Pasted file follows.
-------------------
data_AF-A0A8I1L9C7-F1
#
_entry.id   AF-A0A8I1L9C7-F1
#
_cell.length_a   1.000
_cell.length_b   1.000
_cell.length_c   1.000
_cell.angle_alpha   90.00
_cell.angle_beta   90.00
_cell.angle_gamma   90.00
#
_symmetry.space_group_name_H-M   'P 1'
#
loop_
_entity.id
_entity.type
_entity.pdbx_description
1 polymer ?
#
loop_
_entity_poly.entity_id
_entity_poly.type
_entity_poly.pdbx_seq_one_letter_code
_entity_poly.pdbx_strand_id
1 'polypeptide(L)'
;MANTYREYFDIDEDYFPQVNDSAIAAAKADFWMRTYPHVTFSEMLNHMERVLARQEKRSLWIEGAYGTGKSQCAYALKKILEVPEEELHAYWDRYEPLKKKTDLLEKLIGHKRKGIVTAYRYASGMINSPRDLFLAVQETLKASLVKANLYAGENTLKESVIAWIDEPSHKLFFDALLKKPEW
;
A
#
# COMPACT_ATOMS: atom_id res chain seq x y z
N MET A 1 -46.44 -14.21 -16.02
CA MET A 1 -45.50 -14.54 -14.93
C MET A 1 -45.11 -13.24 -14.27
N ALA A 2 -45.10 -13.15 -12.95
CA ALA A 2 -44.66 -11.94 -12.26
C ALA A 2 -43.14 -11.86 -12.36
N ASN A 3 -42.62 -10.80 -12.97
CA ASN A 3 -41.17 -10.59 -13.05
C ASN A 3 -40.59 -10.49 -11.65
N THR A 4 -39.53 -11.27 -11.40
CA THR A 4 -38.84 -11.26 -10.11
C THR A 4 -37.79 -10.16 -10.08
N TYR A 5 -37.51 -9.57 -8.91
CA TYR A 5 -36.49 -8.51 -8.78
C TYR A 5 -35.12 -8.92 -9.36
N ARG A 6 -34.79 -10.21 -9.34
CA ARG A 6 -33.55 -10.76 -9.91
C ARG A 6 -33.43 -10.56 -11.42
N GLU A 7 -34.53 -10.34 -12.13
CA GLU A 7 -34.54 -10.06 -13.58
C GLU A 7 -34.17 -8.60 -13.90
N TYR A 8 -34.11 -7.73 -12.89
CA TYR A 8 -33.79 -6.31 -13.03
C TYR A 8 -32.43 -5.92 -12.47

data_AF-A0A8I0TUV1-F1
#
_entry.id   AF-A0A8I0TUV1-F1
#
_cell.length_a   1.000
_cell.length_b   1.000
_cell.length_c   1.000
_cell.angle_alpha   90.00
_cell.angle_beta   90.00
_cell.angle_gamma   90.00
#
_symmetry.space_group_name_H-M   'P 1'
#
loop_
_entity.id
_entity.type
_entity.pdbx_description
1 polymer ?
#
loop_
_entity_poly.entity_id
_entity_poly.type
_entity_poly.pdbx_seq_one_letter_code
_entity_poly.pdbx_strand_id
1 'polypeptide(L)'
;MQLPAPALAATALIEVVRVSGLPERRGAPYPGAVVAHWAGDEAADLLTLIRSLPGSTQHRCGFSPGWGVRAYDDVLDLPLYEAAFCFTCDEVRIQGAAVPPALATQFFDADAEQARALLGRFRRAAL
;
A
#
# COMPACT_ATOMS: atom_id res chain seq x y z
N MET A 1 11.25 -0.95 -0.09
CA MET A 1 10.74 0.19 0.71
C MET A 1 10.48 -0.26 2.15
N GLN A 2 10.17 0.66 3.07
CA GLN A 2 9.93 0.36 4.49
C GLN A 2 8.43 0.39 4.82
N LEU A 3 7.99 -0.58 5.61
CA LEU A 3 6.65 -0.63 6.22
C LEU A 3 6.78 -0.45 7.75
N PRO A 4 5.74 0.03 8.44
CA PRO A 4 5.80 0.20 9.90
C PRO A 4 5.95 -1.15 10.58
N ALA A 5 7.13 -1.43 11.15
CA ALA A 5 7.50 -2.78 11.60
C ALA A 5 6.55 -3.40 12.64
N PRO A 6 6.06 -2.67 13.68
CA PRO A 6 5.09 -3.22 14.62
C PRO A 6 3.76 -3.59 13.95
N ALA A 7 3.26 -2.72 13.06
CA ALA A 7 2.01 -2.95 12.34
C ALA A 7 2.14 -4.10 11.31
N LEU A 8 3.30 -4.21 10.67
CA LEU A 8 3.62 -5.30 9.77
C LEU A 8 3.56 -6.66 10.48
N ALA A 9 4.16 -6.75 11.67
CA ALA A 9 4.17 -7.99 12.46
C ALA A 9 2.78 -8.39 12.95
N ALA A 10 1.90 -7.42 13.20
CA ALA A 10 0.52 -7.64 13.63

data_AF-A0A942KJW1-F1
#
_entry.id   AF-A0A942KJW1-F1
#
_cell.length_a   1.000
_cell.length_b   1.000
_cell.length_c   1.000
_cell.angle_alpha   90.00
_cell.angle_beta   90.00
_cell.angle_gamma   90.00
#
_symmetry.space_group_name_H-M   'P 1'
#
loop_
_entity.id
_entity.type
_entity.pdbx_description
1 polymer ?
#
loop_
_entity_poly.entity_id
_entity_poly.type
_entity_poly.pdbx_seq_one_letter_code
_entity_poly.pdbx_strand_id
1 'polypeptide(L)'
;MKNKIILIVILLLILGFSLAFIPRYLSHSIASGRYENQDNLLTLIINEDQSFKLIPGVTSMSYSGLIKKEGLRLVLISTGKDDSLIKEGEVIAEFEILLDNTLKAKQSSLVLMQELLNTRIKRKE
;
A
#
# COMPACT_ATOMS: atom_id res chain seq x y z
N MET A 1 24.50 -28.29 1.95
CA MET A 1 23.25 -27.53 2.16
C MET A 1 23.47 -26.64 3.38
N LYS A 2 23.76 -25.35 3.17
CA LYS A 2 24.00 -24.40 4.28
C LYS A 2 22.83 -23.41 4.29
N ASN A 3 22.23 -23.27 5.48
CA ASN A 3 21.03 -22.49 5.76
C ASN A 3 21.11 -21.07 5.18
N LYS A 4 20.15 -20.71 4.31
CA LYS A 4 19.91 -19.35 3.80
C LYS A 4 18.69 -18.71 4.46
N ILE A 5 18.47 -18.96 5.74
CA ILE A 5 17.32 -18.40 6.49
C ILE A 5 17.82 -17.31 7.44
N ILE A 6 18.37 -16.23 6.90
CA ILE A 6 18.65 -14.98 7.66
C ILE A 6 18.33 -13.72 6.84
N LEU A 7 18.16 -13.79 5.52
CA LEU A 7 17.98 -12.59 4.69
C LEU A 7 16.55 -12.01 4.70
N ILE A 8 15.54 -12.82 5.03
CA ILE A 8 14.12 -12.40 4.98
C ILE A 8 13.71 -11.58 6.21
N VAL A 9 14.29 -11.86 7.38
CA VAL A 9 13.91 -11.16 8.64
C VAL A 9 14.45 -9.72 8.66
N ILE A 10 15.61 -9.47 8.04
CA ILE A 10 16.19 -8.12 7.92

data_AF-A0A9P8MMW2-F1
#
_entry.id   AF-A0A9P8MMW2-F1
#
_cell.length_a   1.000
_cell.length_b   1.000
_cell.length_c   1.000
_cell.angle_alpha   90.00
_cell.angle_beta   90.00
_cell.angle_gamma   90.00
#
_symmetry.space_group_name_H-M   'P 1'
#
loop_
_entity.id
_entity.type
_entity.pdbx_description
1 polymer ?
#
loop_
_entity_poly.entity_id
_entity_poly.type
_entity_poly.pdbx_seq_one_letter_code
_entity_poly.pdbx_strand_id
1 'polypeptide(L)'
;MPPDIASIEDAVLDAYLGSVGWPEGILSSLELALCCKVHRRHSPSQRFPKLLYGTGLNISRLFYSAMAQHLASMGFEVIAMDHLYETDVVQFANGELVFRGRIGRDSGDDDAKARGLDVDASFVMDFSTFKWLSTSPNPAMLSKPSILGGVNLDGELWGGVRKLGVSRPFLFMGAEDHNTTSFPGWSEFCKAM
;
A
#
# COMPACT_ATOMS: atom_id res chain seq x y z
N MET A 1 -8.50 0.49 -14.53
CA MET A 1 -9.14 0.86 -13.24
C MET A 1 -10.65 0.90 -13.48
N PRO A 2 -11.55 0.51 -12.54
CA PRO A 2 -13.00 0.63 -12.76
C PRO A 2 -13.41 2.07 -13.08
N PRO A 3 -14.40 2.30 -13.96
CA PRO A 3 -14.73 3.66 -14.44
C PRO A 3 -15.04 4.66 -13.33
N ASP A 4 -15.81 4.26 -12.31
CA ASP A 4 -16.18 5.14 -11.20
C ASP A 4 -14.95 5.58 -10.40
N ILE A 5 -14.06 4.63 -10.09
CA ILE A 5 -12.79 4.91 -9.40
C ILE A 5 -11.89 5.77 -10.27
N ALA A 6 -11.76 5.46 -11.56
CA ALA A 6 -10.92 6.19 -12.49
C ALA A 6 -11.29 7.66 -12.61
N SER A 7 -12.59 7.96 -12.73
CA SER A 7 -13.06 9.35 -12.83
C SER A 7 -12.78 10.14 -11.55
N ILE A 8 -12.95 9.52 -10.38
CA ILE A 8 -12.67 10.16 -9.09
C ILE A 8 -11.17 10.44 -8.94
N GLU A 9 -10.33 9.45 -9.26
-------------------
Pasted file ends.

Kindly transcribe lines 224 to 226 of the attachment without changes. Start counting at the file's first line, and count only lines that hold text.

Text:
N ILE A 8 -12.95 9.52 -10.38
CA ILE A 8 -12.67 10.16 -9.09
C ILE A 8 -11.17 10.44 -8.94